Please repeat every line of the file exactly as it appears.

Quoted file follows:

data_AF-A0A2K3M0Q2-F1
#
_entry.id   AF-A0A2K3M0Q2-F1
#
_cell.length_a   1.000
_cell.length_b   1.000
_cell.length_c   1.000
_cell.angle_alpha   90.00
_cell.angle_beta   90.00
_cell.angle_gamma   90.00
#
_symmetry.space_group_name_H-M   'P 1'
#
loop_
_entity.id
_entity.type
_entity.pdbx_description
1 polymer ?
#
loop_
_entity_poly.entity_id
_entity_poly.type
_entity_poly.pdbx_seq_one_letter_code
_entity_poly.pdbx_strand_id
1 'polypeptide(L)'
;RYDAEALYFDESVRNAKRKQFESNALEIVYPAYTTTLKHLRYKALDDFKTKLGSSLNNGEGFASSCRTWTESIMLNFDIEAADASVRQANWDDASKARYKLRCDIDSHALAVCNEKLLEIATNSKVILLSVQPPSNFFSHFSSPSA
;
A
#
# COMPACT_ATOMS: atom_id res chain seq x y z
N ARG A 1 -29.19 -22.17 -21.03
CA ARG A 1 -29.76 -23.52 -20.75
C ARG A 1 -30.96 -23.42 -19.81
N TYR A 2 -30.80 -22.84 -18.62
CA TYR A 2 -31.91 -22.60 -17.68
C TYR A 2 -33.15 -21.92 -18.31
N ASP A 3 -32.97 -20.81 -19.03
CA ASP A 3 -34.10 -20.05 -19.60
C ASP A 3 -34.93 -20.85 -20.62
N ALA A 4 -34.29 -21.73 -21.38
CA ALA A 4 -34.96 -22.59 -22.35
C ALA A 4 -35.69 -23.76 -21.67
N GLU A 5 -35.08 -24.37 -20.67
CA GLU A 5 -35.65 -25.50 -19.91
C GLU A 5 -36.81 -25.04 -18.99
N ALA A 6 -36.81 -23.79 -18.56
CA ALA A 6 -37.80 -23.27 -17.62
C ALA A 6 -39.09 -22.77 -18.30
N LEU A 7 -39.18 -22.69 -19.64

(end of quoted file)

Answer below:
data_AF-A0A2K3M0Q2-F1
#
_entry.id   AF-A0A2K3M0Q2-F1
#
_cell.length_a   1.000
_cell.length_b   1.000
_cell.length_c   1.000
_cell.angle_alpha   90.00
_cell.angle_beta   90.00
_cell.angle_gamma   90.00
#
_symmetry.space_group_name_H-M   'P 1'
#
loop_
_entity.id
_entity.type
_entity.pdbx_description
1 polymer ?
#
loop_
_entity_poly.entity_id
_entity_poly.type
_entity_poly.pdbx_seq_one_letter_code
_entity_poly.pdbx_strand_id
1 'polypeptide(L)'
;RYDAEALYFDESVRNAKRKQFESNALEIVYPAYTTTLKHLRYKALDDFKTKLGSSLNNGEGFASSCRTWTESIMLNFDIEAADASVRQANWDDASKARYKLRCDIDSHALAVCNEKLLEIATNSKVILLSVQPPSNFFSHFSSPSA
;
A
#
# COMPACT_ATOMS: atom_id res chain seq x y z
N ARG A 1 -29.19 -22.17 -21.03
CA ARG A 1 -29.76 -23.52 -20.75
C ARG A 1 -30.96 -23.42 -19.81
N TYR A 2 -30.80 -22.84 -18.62
CA TYR A 2 -31.91 -22.60 -17.68
C TYR A 2 -33.15 -21.92 -18.31
N ASP A 3 -32.97 -20.81 -19.03
CA ASP A 3 -34.10 -20.05 -19.60
C ASP A 3 -34.93 -20.85 -20.62
N ALA A 4 -34.29 -21.73 -21.38
CA ALA A 4 -34.96 -22.59 -22.35
C ALA A 4 -35.69 -23.76 -21.67
N GLU A 5 -35.08 -24.37 -20.67
CA GLU A 5 -35.65 -25.50 -19.91
C GLU A 5 -36.81 -25.04 -18.99
N ALA A 6 -36.81 -23.79 -18.56
CA ALA A 6 -37.80 -23.27 -17.62
C ALA A 6 -39.09 -22.77 -18.30
N LEU A 7 -39.18 -22.69 -19.64